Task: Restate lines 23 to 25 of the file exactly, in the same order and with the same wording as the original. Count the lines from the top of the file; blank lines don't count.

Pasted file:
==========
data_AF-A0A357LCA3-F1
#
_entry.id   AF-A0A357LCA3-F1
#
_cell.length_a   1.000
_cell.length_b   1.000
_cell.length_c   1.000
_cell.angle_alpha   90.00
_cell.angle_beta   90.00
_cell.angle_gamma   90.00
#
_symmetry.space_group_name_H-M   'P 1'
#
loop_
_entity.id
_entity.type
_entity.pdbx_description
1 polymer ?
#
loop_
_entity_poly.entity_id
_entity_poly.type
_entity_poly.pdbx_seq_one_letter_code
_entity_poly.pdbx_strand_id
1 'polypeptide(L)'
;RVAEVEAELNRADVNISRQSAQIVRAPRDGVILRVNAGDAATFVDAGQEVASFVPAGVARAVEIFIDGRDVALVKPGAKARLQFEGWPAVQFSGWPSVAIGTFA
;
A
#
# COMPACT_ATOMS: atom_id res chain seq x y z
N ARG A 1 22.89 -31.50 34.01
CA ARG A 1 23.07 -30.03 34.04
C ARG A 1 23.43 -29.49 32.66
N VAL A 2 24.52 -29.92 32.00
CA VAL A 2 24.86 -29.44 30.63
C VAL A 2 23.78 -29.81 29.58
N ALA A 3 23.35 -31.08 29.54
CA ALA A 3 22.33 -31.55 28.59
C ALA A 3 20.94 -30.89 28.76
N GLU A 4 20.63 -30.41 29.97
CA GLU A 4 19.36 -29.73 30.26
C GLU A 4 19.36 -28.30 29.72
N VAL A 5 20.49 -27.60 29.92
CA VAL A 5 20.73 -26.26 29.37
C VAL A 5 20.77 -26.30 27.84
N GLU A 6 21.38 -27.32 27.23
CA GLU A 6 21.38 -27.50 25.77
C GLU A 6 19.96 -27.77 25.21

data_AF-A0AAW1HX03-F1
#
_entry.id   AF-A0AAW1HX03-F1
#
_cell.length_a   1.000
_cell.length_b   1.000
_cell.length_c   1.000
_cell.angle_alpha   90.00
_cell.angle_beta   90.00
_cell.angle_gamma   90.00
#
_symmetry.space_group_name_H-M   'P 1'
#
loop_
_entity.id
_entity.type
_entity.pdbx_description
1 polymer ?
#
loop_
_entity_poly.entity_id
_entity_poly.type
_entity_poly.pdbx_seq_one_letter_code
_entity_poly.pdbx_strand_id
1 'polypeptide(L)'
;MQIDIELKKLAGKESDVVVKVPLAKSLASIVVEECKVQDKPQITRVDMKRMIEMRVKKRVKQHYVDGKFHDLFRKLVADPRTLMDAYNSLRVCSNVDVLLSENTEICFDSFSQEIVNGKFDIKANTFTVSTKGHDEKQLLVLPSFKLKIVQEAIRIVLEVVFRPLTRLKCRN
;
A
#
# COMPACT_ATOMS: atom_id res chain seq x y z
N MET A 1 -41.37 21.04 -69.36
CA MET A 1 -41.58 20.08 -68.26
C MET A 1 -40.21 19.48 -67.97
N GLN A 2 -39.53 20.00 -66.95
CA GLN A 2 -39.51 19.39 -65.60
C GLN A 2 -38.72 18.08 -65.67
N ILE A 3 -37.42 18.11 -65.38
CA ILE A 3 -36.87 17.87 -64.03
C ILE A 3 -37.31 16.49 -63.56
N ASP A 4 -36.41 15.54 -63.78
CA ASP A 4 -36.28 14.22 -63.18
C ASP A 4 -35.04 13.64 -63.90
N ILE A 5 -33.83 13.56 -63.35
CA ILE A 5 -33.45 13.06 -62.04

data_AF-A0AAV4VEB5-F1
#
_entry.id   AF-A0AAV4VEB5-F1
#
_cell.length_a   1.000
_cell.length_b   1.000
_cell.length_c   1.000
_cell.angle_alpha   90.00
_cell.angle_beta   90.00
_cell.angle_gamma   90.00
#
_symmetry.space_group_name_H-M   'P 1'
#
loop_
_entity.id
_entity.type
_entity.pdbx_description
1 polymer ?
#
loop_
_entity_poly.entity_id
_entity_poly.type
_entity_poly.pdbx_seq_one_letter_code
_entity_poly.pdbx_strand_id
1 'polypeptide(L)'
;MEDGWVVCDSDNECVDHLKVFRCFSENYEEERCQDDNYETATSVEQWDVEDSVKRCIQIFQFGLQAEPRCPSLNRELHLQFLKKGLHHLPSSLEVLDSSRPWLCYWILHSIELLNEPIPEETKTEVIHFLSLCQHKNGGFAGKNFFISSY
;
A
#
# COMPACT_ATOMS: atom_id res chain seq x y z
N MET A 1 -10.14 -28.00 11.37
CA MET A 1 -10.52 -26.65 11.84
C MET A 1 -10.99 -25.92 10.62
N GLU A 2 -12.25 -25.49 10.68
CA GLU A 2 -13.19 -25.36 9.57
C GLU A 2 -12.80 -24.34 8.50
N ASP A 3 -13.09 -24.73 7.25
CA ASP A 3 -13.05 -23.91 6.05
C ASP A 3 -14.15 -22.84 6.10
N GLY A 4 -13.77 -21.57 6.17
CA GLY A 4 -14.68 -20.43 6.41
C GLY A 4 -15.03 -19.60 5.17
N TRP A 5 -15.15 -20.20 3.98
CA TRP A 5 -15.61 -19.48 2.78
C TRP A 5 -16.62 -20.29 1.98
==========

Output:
_entity_poly.pdbx_seq_one_letter_code
_entity_poly.pdbx_strand_id
1 'polypeptide(L)'